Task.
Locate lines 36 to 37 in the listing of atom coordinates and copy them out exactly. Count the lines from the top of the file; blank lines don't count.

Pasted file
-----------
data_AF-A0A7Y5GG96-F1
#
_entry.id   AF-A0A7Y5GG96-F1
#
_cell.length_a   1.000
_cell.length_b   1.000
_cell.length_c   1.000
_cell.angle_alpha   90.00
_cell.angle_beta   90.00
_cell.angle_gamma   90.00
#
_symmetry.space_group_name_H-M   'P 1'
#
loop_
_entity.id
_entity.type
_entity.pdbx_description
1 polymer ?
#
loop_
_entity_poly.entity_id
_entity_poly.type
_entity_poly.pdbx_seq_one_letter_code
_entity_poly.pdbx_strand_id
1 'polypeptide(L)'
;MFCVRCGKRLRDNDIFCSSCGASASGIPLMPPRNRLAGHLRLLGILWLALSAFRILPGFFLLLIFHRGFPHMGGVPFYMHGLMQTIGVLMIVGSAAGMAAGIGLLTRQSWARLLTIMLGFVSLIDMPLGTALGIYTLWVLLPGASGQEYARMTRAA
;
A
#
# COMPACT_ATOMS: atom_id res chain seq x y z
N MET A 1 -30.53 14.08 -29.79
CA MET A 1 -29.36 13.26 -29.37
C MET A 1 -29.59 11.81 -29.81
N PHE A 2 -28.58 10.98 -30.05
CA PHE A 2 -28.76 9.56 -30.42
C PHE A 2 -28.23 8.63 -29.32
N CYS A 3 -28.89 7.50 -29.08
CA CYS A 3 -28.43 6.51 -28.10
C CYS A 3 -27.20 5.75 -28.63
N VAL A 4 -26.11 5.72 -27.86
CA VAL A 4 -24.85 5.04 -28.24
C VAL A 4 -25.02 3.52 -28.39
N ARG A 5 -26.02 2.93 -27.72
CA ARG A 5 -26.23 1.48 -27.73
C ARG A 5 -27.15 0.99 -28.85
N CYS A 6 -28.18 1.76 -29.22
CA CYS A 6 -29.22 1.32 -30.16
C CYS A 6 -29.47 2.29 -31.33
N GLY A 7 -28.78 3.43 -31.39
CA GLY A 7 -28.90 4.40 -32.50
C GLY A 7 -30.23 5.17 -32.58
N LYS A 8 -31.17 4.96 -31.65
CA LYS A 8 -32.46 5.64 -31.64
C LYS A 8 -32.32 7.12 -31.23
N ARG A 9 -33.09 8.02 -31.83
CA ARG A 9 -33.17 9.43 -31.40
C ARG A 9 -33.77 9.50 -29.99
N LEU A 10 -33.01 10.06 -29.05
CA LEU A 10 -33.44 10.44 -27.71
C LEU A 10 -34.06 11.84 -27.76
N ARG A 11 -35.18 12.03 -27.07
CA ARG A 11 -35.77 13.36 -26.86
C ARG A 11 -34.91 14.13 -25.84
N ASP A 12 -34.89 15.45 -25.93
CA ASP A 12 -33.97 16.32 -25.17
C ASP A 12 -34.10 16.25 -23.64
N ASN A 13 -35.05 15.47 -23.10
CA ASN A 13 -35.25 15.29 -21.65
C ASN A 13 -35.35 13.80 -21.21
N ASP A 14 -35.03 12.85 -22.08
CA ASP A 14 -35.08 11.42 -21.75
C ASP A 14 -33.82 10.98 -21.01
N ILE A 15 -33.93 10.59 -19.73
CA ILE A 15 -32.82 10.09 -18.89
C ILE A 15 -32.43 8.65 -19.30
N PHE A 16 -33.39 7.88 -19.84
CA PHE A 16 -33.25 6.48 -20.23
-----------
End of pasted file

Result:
C PHE A 2 -28.23 8.63 -29.32
N CYS A 3 -28.89 7.50 -29.08